The Smoking Jacket

Independent Wine & Cigar Merchant


Starting Your Cigar Journey

Sonal MehtaComment

Cigar smoking is a wonderful pastime akin to enjoying a fine wine or  a gourmet meal.  

If you are a beginner and want to explore, getting started can seem daunting.  Many of us don't want to seem ignorant and are afraid to ask questions which make us seem unqualified to enter this "secret world" which was once seen to be the reserve of aristocracy and villains in Hollywood movies.  Well, I say, no more.  In an age where information is at our fingertips 24/7, we can read until our eyes bleed about the technical etiquette of cigars and scroll through millions of carefully curated Instagram posts of "Edicion Limitada" Cuban cigars and Grand Reservas, but the only way to really learn and enjoy cigars is to sample a wide range.  

We might be tempted to think, "I should start with 'the best' and I remember my friend said Cohiba, so I'll get that".  While, yes, a Cohiba is a very exquisite cigar, its also a very full bodied cigar and this may not be where you want to start on your journey.  The size of the cigar you choose also has a great impact on your experience.  

The blend of tobaccos used in a cigar, of which there are numerous, will determine the flavours and strength alongside the size of the cigar also impacting the strength (the fatter the cigar, generally the less intense it will be because the smoke is less concentrated on the palate and it burns a little less quickly than a thinner cigar).  

Tobaccos from different regions, much like wine from different countries, all have unique and complex notes.  The blends created by the Master Blender of the Cigar House will be carefully chosen to create an experience.  By this, some cigars will be great for a morning smoke and some will be more more appropriate for after dinner paired with a whisky (or your tipple of choice!)

I learnt this lesson in the Dominican Republic whilst visiting La Flor Dominicana's tobacco fields.  I was feeling the effects of the red wine from the night before and decided I wanted to try a cigar called "La Volcada" which is very powerful and full-bodied.  It is a delicious cigar and I have managed to enjoy one at a more appropriate hour but at 11am, it really did knock me to the floor!

With The Cigar Sampler subscription box, we are trying to curate a selection that will give you a rounded experience, each month, with cigars from different countries, different sizes and different flavour profiles.  Hopefully, you'll find new flavours you love and want to explore.  



This was me having to sit down with La Volcada!

Cigar Titbits

CigarsSonal Mehta1 Comment

Hi all!

Whether you are a complete beginner of cigar smoking, you have a piqued interest or even an aficionado, here are a few interesting facts about cigars.

  • The thickness, or Ring Guage, of a cigar is measured in 64ths of an inch. So a cigar with a Ring Guage of 64 is 1 inch in diameter.

  • A dark wrapper doesn't necessarily mean a strong cigar.  The dark maduro wrapper comes from the top leaves of the plant which are thicker and greener and take much longer to age and ripen.  This lengthier processes often results in a sweeter flavour profile.  

  • The lighter leaves are leaves found at the bottom of the plant, which are older and thinner than the top leaves, and so after curing and fermentation, the produce a lighter colour than the maduros. Because there is less sugar found in these lighter, Claro, leaves, there is a certain dryness to the cigars taste.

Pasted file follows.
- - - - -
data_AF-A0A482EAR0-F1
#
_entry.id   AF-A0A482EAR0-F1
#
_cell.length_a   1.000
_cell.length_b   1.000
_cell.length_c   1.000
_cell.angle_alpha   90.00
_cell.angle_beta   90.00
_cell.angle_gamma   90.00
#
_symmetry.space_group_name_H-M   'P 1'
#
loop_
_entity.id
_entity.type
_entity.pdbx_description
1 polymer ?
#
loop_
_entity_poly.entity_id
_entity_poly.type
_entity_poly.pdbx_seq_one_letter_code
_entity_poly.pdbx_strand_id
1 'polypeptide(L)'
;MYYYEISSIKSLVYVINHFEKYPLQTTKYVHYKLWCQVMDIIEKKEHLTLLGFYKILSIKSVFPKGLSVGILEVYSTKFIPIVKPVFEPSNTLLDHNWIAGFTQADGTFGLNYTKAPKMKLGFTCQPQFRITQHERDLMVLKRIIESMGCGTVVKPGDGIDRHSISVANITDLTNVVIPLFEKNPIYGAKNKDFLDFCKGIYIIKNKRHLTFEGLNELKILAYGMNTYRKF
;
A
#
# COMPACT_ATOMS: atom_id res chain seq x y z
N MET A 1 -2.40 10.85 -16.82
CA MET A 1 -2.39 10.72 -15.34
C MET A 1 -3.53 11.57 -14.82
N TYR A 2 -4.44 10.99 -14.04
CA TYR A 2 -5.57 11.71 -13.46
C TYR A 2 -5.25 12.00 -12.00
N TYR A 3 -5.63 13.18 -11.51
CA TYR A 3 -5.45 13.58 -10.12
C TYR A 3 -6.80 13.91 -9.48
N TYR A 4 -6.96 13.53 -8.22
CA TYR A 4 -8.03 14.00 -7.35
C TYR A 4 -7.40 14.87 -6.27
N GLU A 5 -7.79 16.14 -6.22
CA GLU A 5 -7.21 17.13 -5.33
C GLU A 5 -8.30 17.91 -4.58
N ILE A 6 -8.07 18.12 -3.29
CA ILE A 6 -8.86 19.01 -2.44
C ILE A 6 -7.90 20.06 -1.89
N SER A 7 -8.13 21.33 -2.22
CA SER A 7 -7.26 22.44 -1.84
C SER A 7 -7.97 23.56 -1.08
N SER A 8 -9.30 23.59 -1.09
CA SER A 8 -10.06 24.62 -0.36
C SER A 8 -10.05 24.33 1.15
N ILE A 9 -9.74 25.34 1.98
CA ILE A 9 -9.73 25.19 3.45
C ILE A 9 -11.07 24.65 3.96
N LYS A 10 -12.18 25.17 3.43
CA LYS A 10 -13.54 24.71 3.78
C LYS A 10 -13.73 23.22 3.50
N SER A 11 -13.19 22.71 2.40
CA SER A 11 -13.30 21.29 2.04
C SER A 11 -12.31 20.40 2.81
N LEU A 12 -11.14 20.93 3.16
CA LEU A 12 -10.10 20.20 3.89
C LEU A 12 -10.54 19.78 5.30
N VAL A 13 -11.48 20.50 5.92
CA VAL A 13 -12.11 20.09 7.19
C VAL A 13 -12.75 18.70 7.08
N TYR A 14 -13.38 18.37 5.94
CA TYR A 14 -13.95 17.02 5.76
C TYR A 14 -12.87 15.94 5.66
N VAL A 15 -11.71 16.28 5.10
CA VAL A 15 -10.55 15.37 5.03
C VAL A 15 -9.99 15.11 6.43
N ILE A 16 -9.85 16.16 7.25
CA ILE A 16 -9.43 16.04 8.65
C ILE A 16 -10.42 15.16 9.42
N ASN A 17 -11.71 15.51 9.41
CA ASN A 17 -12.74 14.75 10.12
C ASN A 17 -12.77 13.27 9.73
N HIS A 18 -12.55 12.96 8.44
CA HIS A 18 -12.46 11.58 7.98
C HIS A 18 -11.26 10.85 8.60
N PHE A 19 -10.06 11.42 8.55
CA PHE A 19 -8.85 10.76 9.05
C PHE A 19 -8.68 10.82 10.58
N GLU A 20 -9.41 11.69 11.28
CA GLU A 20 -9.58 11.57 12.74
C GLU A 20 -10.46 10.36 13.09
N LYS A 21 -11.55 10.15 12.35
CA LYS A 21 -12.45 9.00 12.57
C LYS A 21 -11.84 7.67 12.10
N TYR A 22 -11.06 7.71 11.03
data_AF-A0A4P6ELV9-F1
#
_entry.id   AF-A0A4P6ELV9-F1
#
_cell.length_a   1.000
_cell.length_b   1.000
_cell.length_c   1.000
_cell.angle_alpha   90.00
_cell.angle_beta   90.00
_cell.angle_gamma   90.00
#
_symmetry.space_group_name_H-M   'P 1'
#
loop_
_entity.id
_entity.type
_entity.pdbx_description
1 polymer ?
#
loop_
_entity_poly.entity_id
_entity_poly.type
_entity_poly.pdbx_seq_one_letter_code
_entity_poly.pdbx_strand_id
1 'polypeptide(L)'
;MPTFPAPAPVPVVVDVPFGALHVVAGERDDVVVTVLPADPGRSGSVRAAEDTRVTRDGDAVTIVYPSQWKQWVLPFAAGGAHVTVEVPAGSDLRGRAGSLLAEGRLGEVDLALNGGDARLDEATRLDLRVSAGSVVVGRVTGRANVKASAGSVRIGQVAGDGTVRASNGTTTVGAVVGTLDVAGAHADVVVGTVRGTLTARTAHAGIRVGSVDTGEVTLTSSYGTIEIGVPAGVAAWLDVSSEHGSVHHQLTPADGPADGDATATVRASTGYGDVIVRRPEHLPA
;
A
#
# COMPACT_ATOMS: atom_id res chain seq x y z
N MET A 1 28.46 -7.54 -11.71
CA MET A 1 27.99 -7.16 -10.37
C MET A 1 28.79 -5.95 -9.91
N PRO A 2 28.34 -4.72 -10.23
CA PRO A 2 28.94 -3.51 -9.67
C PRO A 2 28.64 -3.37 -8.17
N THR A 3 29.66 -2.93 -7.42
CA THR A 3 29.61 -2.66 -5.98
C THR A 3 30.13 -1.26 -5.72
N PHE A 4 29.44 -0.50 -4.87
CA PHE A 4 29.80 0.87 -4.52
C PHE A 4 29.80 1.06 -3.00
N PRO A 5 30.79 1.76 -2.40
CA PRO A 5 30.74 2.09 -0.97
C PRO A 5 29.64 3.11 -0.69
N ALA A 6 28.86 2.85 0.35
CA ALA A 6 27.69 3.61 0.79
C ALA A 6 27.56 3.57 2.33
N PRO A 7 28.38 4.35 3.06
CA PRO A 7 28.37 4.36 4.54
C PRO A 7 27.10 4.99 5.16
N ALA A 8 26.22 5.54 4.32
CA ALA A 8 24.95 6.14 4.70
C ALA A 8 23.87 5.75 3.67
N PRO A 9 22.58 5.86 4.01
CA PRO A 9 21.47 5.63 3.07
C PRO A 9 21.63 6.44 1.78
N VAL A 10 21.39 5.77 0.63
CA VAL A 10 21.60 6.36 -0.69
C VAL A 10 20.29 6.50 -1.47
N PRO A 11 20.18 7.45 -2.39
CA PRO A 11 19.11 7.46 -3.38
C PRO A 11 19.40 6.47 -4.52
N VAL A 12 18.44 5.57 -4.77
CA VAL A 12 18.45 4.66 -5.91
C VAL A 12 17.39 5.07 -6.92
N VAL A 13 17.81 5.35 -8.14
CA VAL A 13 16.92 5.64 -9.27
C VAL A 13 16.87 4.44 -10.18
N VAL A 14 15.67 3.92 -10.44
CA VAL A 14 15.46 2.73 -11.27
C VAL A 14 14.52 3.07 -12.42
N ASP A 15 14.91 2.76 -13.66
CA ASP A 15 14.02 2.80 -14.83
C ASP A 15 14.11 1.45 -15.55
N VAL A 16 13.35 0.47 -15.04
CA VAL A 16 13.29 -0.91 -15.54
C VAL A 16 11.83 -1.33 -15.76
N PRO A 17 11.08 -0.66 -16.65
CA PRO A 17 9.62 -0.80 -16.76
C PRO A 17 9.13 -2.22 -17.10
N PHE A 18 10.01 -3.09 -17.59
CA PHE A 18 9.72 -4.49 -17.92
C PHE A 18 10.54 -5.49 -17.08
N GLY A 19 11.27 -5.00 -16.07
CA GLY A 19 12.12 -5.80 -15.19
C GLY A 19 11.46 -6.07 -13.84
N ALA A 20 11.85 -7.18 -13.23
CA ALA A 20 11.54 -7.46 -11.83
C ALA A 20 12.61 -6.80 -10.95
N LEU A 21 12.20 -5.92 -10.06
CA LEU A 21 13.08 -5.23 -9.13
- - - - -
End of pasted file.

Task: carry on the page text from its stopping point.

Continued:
• Some may say that the flavour of the Maduro wrapper goes better with more rich, full flavoured filler leaves, hence the presumption that the darker wrapper is always a full flavoured cigar.  The lighter wrapper goes better with more delicate fillers which, again, are lighter.  

  • The coolness of your cigar has to do with the ring guage.  The fatter the cigar, the more air flows through as you smoke, thus a cooler cigar.  

  • Do not keep your cigars in the fridge.  This misconception will cause them to dry out rather than keep them in humid and fresh! Cigars with an oily sheen show that the stogie has been kept at humidity.

  • Don't use a petrol lighter to light your cigar.  The chemical taste will pass through to your smoke.

  • Don't touch the cigar to the flame when lighting.  Hold the cigar a tiny bit above the flame and gently puff the cigar to heat and light.

Cuban cigars hold so much prestige, and don't get me wrong, are amazing cigars, but there are also incredible, great value cigars from Nicaragua, Dominican Republic, Honduras etc.  We live in the U.K. and have such a heavy tax on tobacco so cigars aren't cheap! Cigars from these countries offer so much value for money without a humongous price tag.   

A few of my non-Cuban favourites include:

  • Davidoff Entreacto

  • Joya Cabinetta

  • Davidoff Signature 2000

  • Rocky Patel Twentieth Anniversary 

  • Joya Classico Seccecion B

  • Larutan by Drew Estate ( I have a massive sweet tooth!)

I recently only started smoking and enjoying cigars after the amazing opportunity to visit Nicaragua and visit the incredible farms and factories of Drew Estate, Padron and Joya de Nicaragua.  I learnt a great deal and began to appreciate the delicate work that goes into producing these sticks of joy! (About 350 pairs of hands are involved in making your cigar!)

Cigar smoking is a joyful experience and finding the perfect cigar for you is about experimenting and finding what suits your palate.  So go fourth and have fun! 



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One of my favourites (the leaves are sugar infused!)

One of my favourites (the leaves are sugar infused!)

A curing barn to cure the leaves

A curing barn to cure the leaves

Examples of different leaves.

Examples of different leaves.

Tobacco Plants!

Tobacco Plants!

Ageing the cigars

Ageing the cigars